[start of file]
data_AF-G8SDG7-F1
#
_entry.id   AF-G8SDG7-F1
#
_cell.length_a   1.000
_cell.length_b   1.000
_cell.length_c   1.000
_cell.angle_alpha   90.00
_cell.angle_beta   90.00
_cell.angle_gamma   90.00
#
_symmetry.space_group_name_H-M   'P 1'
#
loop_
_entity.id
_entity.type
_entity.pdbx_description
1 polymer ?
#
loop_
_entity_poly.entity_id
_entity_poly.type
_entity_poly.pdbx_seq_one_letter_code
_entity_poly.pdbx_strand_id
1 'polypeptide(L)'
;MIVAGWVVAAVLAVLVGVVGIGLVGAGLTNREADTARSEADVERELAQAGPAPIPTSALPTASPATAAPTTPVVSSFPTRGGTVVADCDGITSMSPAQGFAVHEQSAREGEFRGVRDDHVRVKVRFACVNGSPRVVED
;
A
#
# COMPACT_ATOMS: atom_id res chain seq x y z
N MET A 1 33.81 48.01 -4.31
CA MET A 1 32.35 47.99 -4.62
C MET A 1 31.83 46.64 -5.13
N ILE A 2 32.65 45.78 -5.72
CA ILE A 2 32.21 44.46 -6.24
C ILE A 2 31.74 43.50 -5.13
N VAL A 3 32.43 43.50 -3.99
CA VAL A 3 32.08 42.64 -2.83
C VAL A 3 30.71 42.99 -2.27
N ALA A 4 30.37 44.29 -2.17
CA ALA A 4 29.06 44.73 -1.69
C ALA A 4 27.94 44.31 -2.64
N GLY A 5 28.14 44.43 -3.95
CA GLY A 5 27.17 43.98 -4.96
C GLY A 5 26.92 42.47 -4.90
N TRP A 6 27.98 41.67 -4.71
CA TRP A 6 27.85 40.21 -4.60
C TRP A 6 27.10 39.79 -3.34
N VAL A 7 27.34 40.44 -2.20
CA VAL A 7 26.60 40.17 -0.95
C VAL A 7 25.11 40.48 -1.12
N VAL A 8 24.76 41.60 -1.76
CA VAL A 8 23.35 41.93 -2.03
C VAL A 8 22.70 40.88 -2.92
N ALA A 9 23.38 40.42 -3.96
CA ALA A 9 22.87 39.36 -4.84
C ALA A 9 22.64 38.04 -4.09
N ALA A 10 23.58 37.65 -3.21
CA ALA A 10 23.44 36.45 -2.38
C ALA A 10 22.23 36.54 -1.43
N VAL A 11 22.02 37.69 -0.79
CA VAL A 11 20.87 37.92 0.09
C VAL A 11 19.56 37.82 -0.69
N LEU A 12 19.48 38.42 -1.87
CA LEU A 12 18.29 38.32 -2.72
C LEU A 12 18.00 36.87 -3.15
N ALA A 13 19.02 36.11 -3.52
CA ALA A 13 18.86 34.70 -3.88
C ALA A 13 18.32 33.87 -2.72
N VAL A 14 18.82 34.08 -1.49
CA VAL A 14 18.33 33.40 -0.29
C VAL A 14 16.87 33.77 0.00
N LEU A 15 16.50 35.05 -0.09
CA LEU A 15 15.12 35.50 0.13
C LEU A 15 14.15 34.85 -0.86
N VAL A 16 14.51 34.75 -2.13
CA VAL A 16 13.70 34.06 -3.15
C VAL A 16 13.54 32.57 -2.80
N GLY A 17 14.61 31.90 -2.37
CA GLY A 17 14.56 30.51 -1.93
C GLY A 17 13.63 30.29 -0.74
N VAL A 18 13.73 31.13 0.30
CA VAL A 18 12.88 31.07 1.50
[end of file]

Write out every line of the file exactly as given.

data_AF-G8SDG7-F1
#
_entry.id   AF-G8SDG7-F1
#
_cell.length_a   1.000
_cell.length_b   1.000
_cell.length_c   1.000
_cell.angle_alpha   90.00
_cell.angle_beta   90.00
_cell.angle_gamma   90.00
#
_symmetry.space_group_name_H-M   'P 1'
#
loop_
_entity.id
_entity.type
_entity.pdbx_description
1 polymer ?
#
loop_
_entity_poly.entity_id
_entity_poly.type
_entity_poly.pdbx_seq_one_letter_code
_entity_poly.pdbx_strand_id
1 'polypeptide(L)'
;MIVAGWVVAAVLAVLVGVVGIGLVGAGLTNREADTARSEADVERELAQAGPAPIPTSALPTASPATAAPTTPVVSSFPTRGGTVVADCDGITSMSPAQGFAVHEQSAREGEFRGVRDDHVRVKVRFACVNGSPRVVED
;
A
#
# COMPACT_ATOMS: atom_id res chain seq x y z
N MET A 1 33.81 48.01 -4.31
CA MET A 1 32.35 47.99 -4.62
C MET A 1 31.83 46.64 -5.13
N ILE A 2 32.65 45.78 -5.72
CA ILE A 2 32.21 44.46 -6.24
C ILE A 2 31.74 43.50 -5.13
N VAL A 3 32.43 43.50 -3.99
CA VAL A 3 32.08 42.64 -2.83
C VAL A 3 30.71 42.99 -2.27
N ALA A 4 30.37 44.29 -2.17
CA ALA A 4 29.06 44.73 -1.69
C ALA A 4 27.94 44.31 -2.64
N GLY A 5 28.14 44.43 -3.95
CA GLY A 5 27.17 43.98 -4.96
C GLY A 5 26.92 42.47 -4.90
N TRP A 6 27.98 41.67 -4.71
CA TRP A 6 27.85 40.21 -4.60
C TRP A 6 27.10 39.79 -3.34
N VAL A 7 27.34 40.44 -2.20
CA VAL A 7 26.60 40.17 -0.95
C VAL A 7 25.11 40.48 -1.12
N VAL A 8 24.76 41.60 -1.76
CA VAL A 8 23.35 41.93 -2.03
C VAL A 8 22.70 40.88 -2.92
N ALA A 9 23.38 40.42 -3.96
CA ALA A 9 22.87 39.36 -4.84
C ALA A 9 22.64 38.04 -4.09
N ALA A 10 23.58 37.65 -3.21
CA ALA A 10 23.44 36.45 -2.38
C ALA A 10 22.23 36.54 -1.43
N VAL A 11 22.02 37.69 -0.79
CA VAL A 11 20.87 37.92 0.09
C VAL A 11 19.56 37.82 -0.69
N LEU A 12 19.48 38.42 -1.87
CA LEU A 12 18.29 38.32 -2.72
C LEU A 12 18.00 36.87 -3.15
N ALA A 13 19.02 36.11 -3.52
CA ALA A 13 18.86 34.70 -3.88
C ALA A 13 18.32 33.87 -2.72
N VAL A 14 18.82 34.08 -1.49
CA VAL A 14 18.33 33.40 -0.29
C VAL A 14 16.87 33.77 0.00
N LEU A 15 16.50 35.05 -0.09
CA LEU A 15 15.12 35.50 0.13
C LEU A 15 14.15 34.85 -0.86
N VAL A 16 14.51 34.75 -2.13
CA VAL A 16 13.70 34.06 -3.15
C VAL A 16 13.54 32.57 -2.80
N GLY A 17 14.61 31.90 -2.37
CA GLY A 17 14.56 30.51 -1.93
C GLY A 17 13.63 30.29 -0.74
N VAL A 18 13.73 31.13 0.30
CA VAL A 18 12.88 31.07 1.50